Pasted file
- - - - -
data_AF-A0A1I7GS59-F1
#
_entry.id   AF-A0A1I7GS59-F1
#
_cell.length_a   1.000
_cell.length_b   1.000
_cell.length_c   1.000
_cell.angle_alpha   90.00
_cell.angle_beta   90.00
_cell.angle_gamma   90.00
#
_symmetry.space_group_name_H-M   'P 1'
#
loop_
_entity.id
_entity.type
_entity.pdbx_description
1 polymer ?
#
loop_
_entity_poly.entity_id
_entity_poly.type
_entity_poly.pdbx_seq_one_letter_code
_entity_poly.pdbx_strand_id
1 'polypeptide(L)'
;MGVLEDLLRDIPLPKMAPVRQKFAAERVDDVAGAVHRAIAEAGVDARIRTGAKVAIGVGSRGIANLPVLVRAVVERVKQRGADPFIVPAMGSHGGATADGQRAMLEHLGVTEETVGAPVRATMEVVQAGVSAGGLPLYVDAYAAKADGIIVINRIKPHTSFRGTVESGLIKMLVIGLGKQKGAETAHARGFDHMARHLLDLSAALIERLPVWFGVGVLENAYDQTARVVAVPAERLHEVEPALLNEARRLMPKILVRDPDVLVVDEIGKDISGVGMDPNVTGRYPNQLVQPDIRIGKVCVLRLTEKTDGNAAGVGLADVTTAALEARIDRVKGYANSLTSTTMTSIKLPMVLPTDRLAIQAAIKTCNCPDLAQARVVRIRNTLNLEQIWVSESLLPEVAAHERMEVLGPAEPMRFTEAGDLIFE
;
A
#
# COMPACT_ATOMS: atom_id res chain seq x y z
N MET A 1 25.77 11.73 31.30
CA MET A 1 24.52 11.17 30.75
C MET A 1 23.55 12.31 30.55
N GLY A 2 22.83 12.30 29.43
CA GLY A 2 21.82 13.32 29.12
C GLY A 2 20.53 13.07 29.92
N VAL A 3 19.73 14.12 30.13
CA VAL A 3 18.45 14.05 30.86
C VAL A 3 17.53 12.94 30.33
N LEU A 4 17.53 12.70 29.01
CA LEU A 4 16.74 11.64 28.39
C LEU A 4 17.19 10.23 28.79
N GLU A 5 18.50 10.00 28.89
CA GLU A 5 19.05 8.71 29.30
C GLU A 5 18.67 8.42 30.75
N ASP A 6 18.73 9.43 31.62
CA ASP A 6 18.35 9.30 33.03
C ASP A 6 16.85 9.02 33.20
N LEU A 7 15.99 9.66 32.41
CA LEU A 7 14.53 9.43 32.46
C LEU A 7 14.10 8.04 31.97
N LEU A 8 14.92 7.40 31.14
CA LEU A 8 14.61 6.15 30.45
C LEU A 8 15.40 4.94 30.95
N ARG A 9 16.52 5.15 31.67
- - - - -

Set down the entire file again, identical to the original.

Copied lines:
data_AF-A0A1I7GS59-F1
#
_entry.id   AF-A0A1I7GS59-F1
#
_cell.length_a   1.000
_cell.length_b   1.000
_cell.length_c   1.000
_cell.angle_alpha   90.00
_cell.angle_beta   90.00
_cell.angle_gamma   90.00
#
_symmetry.space_group_name_H-M   'P 1'
#
loop_
_entity.id
_entity.type
_entity.pdbx_description
1 polymer ?
#
loop_
_entity_poly.entity_id
_entity_poly.type
_entity_poly.pdbx_seq_one_letter_code
_entity_poly.pdbx_strand_id
1 'polypeptide(L)'
;MGVLEDLLRDIPLPKMAPVRQKFAAERVDDVAGAVHRAIAEAGVDARIRTGAKVAIGVGSRGIANLPVLVRAVVERVKQRGADPFIVPAMGSHGGATADGQRAMLEHLGVTEETVGAPVRATMEVVQAGVSAGGLPLYVDAYAAKADGIIVINRIKPHTSFRGTVESGLIKMLVIGLGKQKGAETAHARGFDHMARHLLDLSAALIERLPVWFGVGVLENAYDQTARVVAVPAERLHEVEPALLNEARRLMPKILVRDPDVLVVDEIGKDISGVGMDPNVTGRYPNQLVQPDIRIGKVCVLRLTEKTDGNAAGVGLADVTTAALEARIDRVKGYANSLTSTTMTSIKLPMVLPTDRLAIQAAIKTCNCPDLAQARVVRIRNTLNLEQIWVSESLLPEVAAHERMEVLGPAEPMRFTEAGDLIFE
;
A
#
# COMPACT_ATOMS: atom_id res chain seq x y z
N MET A 1 25.77 11.73 31.30
CA MET A 1 24.52 11.17 30.75
C MET A 1 23.55 12.31 30.55
N GLY A 2 22.83 12.30 29.43
CA GLY A 2 21.82 13.32 29.12
C GLY A 2 20.53 13.07 29.92
N VAL A 3 19.73 14.12 30.13
CA VAL A 3 18.45 14.05 30.86
C VAL A 3 17.53 12.94 30.33
N LEU A 4 17.53 12.70 29.01
CA LEU A 4 16.74 11.64 28.39
C LEU A 4 17.19 10.23 28.79
N GLU A 5 18.50 10.00 28.89
CA GLU A 5 19.05 8.71 29.30
C GLU A 5 18.67 8.42 30.75
N ASP A 6 18.73 9.43 31.62
CA ASP A 6 18.35 9.30 33.03
C ASP A 6 16.85 9.02 33.20
N LEU A 7 15.99 9.66 32.41
CA LEU A 7 14.53 9.43 32.46
C LEU A 7 14.10 8.04 31.97
N LEU A 8 14.92 7.40 31.14
CA LEU A 8 14.61 6.15 30.45
C LEU A 8 15.40 4.94 30.95
N ARG A 9 16.52 5.15 31.67